A top Libyan has welcomed as a "step forward" an acknowledgment by canton Geneva that damages should be paid to Hannibal Gaddafi after his police photo was published.
Canton Geneva says it regrets the mugshot of Hannibal appeared in the Tribune de Genève newspaper last year and is prepared to pay compensation to the son of the Libyan leader.
The issue is the latest chapter in a row between the two countries.
Libyan Public Security Minister Abdel Fattah Younes al Abidi on Wednesday welcomed the comments but said Switzerland must meet other Libyan demands if ties between the two countries were to improve.
"It's a step forward," Abidi told Reuters. ”But they must still reverse the decision to ban the construction of minarets... and also remove the list of Libyan people forbidden from entering Switzerland."
He was referring to Switzerland’s November 2009 referendum banning the construction of minarets, and the country’s decision to impose a travel blacklist on nearly 200 prominent Libyans, including Moammar Gaddafi and his inner circle.
In a statement released earlier on Wednesday, the canton said it deplored that the newspaper had come into possession of the mugshot. Authorities said a cantonal employee seemed to have been behind the newspaper getting the photos.
Hannibal Gaddafi and his wife were detained in July 2008 after police received complaints that they had seriously mistreated two of their servants.
In December Hannibal Gaddafi filed a civil lawsuit for breaching his legal protection of personality, demanding SFr100,000 ($95,000). He sued canton Geneva, the Tribune de Genève newspaper – in which the mugshot appeared on September 4, 2009 – and one of the paper’s journalists.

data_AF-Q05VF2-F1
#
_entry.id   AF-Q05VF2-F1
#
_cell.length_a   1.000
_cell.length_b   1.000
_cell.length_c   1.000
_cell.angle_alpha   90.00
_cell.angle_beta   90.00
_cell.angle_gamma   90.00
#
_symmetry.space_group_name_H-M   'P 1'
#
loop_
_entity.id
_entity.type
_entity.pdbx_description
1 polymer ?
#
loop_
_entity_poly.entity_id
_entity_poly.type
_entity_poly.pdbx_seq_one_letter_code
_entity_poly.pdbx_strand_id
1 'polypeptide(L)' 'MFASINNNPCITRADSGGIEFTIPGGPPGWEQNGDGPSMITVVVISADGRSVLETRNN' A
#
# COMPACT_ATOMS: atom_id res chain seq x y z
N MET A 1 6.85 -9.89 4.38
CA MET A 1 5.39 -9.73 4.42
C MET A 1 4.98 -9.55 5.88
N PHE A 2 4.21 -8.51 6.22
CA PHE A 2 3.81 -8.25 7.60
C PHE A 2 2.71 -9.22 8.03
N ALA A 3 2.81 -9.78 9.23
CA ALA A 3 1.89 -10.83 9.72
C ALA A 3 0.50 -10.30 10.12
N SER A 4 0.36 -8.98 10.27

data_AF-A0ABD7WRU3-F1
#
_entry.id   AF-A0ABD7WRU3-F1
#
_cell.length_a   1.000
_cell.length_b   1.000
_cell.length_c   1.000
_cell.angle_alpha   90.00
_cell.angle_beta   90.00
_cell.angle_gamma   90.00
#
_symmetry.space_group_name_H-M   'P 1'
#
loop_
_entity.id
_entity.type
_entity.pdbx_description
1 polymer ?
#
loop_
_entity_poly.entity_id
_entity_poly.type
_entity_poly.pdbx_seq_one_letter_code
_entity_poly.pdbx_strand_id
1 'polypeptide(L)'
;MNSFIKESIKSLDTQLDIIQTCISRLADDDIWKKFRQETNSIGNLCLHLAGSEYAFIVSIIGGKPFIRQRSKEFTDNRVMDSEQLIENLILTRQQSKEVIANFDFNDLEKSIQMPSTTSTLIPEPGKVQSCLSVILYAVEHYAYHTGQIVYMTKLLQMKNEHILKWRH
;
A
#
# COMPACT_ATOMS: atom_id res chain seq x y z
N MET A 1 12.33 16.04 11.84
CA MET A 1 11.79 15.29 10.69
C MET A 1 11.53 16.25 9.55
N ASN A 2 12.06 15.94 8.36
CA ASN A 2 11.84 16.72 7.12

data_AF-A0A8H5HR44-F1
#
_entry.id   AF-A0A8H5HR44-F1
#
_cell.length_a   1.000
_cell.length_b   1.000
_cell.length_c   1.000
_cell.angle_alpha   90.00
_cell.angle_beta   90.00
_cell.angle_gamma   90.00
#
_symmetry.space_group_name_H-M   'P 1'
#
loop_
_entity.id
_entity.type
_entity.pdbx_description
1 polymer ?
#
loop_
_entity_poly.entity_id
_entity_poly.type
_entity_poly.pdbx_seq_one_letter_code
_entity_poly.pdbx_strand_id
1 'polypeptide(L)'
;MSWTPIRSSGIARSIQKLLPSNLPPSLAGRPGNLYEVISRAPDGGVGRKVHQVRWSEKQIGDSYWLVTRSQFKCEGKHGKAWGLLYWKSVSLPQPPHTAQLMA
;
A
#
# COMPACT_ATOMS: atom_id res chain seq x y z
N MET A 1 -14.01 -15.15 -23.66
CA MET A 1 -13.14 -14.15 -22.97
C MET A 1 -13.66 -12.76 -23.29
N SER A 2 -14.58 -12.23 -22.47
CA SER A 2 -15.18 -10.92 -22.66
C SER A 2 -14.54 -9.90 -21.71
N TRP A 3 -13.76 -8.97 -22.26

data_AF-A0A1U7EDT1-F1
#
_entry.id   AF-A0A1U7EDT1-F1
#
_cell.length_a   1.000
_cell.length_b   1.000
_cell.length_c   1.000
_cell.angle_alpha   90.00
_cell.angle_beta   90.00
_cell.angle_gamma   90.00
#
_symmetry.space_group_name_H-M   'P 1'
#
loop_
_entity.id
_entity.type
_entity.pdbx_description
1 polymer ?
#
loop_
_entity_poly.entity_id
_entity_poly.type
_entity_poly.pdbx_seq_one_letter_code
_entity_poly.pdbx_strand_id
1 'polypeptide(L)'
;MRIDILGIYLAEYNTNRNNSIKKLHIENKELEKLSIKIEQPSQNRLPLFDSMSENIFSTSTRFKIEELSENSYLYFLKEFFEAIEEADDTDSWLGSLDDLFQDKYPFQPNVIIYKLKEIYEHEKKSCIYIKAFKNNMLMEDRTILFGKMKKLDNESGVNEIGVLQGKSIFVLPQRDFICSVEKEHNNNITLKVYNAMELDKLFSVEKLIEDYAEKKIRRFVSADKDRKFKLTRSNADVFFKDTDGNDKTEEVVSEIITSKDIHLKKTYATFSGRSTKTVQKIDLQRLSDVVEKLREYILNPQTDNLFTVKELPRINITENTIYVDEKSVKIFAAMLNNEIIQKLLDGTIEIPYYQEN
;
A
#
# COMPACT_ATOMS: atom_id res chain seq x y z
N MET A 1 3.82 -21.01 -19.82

The canton proposed an “appropriate compensation” for Hannibal Gaddafi but added that although it did not want to abdicate its responsibility, the main role had been played by the newspaper, which it said was solely responsible for taking the decision to print the photo.
For its part, the Tribune said it was “shocked” by some of the Geneva government’s written statements to the court. On its website, chief editor Pierre Ruetschi said being found guilty ahead of the court’s decision on Thursday was “intolerable”.
The paper’s editor told swissinfo.ch that he would not apologise as they had published the photos for legitimate journalistic purposes.
A civil case is set to begin on Thursday. The court is to decide how the compensation to Libya will be divided between the Tribune de Genève and the canton.
Sordid legal affair
Christa Markwalder, president of the House of Representative’s foreign affairs committee, said on Tuesday that Geneva had taken a step in the right direction. Luc Barthassat, a member of the foreign affairs committee, added there had been “big pressures” to find a solution.
“The canton of Geneva was not forced to do so, but they always recognised the appearance of the photos was a problem. So if we manage to liberate our hostage [Max Göldi] via this kind of ‘excuse’, then why not?” he said.
Social Democrat parliamentarian Carlo Sommaruga said it was one of the elements on the table that had to be resolved.
“The publication of the mugshots of the son of Moammar Gaddafi, like those of any Swiss citizen, was a breach of official secrets and posed a problem. This gesture goes in the right direction, as it should certainly bring us closer to a resolution to the tension over the detention of Mr Göldi.”
Martine Brunschwig Graf from the Radical Party said it was an “important, balanced gesture” taken not due to the personality of Hannibal Gaddafi “but due to the fact that we recognise a citizen’s rights and the state is assuming its responsibilities”.
Hasni Abidi, director of the Study and Research Center for the Arab and Mediterranean World, warned that Switzerland risked entering a “spiral of concessions” with Libya, pointing out that Geneva’s gesture was only part of what the Libyans were demanding.